16 January 2017 Edition
Martin McGuinness resigns
Martin McGuinness resigns as deputy First Minister – What the leaders say and what the papers say
What the leaders say
Martin McGuinness MLA
“Over the last ten years I have worked with DUP leaders and reached out to unionists on the basis of equality, respect and reconciliation.
“Over this period, the actions of the British Government and the DUP have undermined the institutions and eroded public confidence
“Sinn Féin will not tolerate the arrogance of Arlene Foster and the DUP.”
Gerry Adams TD
“Martin McGuinness has led from the front in the Executive for the last ten years, defending the integrity of the political institutions and realising the potential of the Good Friday Agreement.
“He has worked with successive DUP leaders and is recognised throughout the North, across Ireland and across the world for his leadership and peacemaking.
“In spite of the provocation, disrespect and arrogance from the DUP – and the failures of the British Government to fulfill its responsibilities over that time – Martin McGuinness has always put the people and the political process first.
“This is in contrast to the DUP, who have been acting to undermine equality and partnership.”
SDLP leader Colum Eastwood MLA
“We agree with Martin McGuinness when he tells us the DUP have disrespected the nationalist community.”
Irish Foreign Minister Charlie Flanagan TD
“The Irish Government is very mindful of the need to protect the integrity of the principles and institutions of the Good Friday Agreement.
“In this regard, both the effective functioning of those institutions and respecting the principles of partnership and equality are of critical importance.”
British Secretary of State James Brokenshire MP
“The position is very clear. If Sinn Féin does not nominate a replacement to the role of deputy First Minister, then I’m obliged to call an election of the Assembly within a reasonable period.”
What the papers say
“Leaving aside, if that is possible, the terrible division, injustice and violence that scarred the North for so long, Ms Foster has a case to answer. She is compromised by a conflict of interest and her position is untenable until the full facts are established.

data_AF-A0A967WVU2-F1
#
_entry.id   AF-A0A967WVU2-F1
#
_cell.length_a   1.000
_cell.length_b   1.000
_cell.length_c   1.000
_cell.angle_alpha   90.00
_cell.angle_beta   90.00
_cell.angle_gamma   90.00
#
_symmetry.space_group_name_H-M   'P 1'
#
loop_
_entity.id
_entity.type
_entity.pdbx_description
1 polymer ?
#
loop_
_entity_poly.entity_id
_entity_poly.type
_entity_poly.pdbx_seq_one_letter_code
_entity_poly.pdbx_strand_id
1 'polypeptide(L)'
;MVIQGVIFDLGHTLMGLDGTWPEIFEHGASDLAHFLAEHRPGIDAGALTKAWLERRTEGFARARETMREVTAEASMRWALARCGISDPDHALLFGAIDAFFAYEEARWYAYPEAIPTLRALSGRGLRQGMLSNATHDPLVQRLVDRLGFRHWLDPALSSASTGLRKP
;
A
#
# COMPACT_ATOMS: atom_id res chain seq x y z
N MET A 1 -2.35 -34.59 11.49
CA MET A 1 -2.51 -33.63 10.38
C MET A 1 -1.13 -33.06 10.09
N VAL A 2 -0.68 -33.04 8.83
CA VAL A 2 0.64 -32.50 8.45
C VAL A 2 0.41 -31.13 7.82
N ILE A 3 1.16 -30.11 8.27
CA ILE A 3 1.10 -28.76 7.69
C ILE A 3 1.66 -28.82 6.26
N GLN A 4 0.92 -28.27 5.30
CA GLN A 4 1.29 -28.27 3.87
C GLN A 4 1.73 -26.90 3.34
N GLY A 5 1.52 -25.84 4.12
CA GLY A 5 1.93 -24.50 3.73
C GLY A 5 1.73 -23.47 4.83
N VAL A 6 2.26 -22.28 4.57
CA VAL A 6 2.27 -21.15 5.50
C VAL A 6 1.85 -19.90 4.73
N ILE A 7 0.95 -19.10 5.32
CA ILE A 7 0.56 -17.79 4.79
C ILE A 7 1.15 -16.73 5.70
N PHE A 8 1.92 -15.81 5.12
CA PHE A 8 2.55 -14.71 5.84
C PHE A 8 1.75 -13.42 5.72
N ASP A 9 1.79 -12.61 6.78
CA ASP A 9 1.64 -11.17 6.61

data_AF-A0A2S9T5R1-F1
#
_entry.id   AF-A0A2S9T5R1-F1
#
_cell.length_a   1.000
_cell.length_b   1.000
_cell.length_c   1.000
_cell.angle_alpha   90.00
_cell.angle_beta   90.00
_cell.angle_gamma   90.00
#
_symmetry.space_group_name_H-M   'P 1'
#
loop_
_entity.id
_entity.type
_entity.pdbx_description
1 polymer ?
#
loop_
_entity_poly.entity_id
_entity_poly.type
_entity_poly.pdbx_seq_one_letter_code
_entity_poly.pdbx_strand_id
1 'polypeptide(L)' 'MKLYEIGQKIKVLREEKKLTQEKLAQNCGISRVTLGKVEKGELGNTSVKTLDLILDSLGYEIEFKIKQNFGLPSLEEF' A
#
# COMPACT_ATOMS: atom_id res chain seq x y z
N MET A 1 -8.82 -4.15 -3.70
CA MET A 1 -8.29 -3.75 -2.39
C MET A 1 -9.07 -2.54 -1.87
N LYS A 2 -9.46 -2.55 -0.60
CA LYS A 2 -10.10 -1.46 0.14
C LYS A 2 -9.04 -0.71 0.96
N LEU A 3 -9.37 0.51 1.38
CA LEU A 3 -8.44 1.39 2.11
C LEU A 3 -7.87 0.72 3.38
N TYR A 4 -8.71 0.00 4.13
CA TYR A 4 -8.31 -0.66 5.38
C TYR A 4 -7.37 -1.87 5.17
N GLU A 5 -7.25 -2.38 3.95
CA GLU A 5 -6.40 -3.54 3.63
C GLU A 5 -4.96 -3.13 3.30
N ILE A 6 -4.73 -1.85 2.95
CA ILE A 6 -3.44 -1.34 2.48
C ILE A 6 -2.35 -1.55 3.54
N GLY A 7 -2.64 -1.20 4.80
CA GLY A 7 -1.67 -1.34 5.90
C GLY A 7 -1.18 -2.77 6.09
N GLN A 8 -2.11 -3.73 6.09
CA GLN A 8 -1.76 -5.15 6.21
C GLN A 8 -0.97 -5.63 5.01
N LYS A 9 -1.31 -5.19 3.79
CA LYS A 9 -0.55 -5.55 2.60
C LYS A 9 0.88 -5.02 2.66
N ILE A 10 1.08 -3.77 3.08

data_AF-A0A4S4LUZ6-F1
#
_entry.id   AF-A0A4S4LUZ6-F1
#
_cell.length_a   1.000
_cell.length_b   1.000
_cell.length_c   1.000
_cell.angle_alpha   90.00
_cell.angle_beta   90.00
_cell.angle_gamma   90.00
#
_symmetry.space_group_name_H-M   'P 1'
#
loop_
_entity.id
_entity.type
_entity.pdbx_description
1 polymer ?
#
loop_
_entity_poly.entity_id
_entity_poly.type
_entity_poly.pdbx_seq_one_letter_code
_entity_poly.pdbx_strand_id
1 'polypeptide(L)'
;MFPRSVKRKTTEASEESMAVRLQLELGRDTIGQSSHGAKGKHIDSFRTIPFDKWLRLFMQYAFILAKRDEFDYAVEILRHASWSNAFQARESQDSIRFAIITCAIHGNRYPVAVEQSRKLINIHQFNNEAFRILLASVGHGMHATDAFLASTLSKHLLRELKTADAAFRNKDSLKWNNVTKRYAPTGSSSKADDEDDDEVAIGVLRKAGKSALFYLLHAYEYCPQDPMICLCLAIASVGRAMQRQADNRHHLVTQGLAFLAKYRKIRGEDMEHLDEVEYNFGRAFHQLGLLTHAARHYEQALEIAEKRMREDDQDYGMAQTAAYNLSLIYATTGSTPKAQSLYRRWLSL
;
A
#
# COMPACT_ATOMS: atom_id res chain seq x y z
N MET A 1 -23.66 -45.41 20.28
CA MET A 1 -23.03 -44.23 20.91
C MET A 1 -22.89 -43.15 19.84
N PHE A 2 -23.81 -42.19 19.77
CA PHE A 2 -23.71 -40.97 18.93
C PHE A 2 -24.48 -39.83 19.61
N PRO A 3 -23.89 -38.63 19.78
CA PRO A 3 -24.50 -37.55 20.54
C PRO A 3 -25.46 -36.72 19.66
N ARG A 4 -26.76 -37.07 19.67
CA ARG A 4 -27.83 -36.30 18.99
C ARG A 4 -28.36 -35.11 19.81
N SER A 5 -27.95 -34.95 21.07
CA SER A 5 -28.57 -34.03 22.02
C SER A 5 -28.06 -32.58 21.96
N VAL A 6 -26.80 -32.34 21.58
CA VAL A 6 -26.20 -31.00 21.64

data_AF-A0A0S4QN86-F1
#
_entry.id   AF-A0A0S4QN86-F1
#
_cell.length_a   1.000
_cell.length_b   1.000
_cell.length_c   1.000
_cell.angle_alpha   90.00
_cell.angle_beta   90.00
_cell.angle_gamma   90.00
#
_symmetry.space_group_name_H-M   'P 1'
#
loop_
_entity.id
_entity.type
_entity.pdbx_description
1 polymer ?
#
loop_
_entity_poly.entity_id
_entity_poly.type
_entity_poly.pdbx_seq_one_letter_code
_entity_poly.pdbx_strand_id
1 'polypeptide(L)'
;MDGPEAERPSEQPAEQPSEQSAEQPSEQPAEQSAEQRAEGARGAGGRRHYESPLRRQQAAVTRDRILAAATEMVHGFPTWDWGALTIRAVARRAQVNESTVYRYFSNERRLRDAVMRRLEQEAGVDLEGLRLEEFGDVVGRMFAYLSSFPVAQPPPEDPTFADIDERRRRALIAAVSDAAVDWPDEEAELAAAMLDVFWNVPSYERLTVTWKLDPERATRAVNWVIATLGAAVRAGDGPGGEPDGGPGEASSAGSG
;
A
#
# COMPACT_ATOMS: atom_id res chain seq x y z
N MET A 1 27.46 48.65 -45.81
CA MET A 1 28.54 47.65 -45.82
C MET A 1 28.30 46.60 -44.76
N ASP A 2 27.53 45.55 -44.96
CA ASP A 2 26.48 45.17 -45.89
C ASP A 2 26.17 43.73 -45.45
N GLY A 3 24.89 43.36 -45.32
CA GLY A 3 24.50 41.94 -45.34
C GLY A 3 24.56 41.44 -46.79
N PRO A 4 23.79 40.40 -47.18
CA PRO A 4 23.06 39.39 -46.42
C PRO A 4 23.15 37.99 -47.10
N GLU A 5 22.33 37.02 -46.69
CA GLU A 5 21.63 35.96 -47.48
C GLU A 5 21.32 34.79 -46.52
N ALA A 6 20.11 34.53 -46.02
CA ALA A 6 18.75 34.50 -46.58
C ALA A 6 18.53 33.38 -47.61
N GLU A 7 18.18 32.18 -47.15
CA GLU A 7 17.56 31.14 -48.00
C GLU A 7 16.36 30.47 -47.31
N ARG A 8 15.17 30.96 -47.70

“Her intransigence and Mr McGuinness’s resignation are tragically rooted in the past, one that has little enough to do with wasteful fuel schemes.”
“[Martin McGuinness’s] resignation on Monday is in this instance a proper response from a man who, in his own words, ‘has served 10 difficult and testing years in the role of Deputy First Minister’, to a shambles that may yet cost Northern taxpayers some £490million. And which has exposed the hollowness of formal power-sharing and of the idea of collective responsibility in the Executive.
“These are principles that had been difficult for Sinn Féin to swallow – to expect it now to behave as if they were insignificant would be ridiculous.
“The legal checks and balances incorporated in the structure of Stormont’s Executive Office, specifically the co-equal standing of both ministers, impose a special onus on Ms Foster, which she has blatantly ignored, to work hand in hand with Mr McGuinness in dealing with such a problem.”
• Arlene Foster
“Martin McGuinness’s resignation yesterday showed Sinn Féin had run out of patience with their DUP partners in government.
“The Renewable Heat Incentive scandal was one scandal too many, just as the unnecessary decision to cut a small Irish-language bursary was one slap too far for those looking for signs that the DUP under Arlene Foster had a genuine commitment to equality and mutual respect.”
“McGuinness’s return to the fray yesterday was marked by a decisive move. Although frail in voice, he spoke strong words which appeared to leave the DUP hanging.
“Whatever way you look at it, the 'cash for ash' scandal is an outrage.
“Arlene Foster gambled that she might be able to stay in power – but now she will likely face an electorate, many of whom will not have approved of her refusal to stand down.”